The loss of a loved one can have different effects on each person. You may feel a sense of acceptance and closure, or you could feel that you have unfinished business with the deceased that you may need to address somehow. In the latter case, some people may feel a continued sense of loyalty to their deceased loved ones, and as a result, they may feel particularly interested in ensuring that the final wishes of those individuals are honored.
In order to carry out the instructions of a will, a named executor or appointed personal representative must follow the proper legal steps to validate the will and begin the probate process. If your loved one named someone else as executor, you may want to trust that person to act in a trustworthy manner. However, you may have some concerns about his or her actions.
How are estate funds spent?
The executor of the estate should gain access to the remaining funds. This access may be necessary for a variety of reasons. Some of those reasons include:
- Handling debts -- The executor must pay any creditor claims against the estate and any outstanding balances for open accounts that the decedent had at the time of death.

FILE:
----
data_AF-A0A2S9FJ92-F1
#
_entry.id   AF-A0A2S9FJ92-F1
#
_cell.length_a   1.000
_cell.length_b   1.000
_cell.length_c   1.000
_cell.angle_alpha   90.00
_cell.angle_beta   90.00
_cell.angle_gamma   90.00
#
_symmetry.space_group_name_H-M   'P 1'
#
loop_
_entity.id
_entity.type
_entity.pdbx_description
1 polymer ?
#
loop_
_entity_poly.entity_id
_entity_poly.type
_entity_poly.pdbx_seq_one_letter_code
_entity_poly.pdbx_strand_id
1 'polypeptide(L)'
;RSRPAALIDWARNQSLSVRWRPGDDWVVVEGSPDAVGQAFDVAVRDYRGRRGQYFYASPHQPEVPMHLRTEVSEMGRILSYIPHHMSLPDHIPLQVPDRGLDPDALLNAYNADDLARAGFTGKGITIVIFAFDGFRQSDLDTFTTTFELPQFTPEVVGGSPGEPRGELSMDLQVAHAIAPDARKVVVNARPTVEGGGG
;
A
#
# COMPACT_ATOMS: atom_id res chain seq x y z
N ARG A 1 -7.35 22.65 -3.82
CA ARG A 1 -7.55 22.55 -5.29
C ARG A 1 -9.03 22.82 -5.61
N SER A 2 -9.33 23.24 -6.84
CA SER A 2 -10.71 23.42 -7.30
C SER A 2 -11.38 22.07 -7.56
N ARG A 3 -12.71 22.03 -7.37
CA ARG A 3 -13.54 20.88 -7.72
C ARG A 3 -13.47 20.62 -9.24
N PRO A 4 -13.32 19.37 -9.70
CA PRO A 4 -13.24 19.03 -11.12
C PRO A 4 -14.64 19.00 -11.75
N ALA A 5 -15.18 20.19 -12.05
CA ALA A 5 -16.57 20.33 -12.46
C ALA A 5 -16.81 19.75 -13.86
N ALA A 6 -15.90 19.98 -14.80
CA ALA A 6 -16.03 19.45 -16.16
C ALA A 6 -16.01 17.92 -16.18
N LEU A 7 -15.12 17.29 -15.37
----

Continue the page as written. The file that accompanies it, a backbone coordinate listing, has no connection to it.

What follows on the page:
- Making payments -- Certain payments may also fall to the executor to address, such as funeral and burial expenses.
- Filing taxes -- Even after a person's death, the IRS requires a final tax return, and the executor must pay any final taxes.
- Asset distribution -- In the event that the deceased bequeathed items to other individuals, the executor will also have the duty of ensuring that the proper beneficiaries receive their intended items and funds.
- Paying him or herself -- The executor typically is entitled to some form of compensation for taking on the necessary tasks, and this payment may come from estate funds.
Other actions that need the use of estate funds may also need carrying out. However, if you feel that the executor has breached his or her fiduciary duty by misusing estate funds or other actions, you may wonder what you can do to address the issue.
Taking legal action
During the probate and estate administration process, you may have the option to file any complaints with the court and potentially pursue litigation if you have standing and grounds to do so. Taking this action may help you ensure that your loved one's final wishes are properly handled and that the executor is held accountable for his or her actions.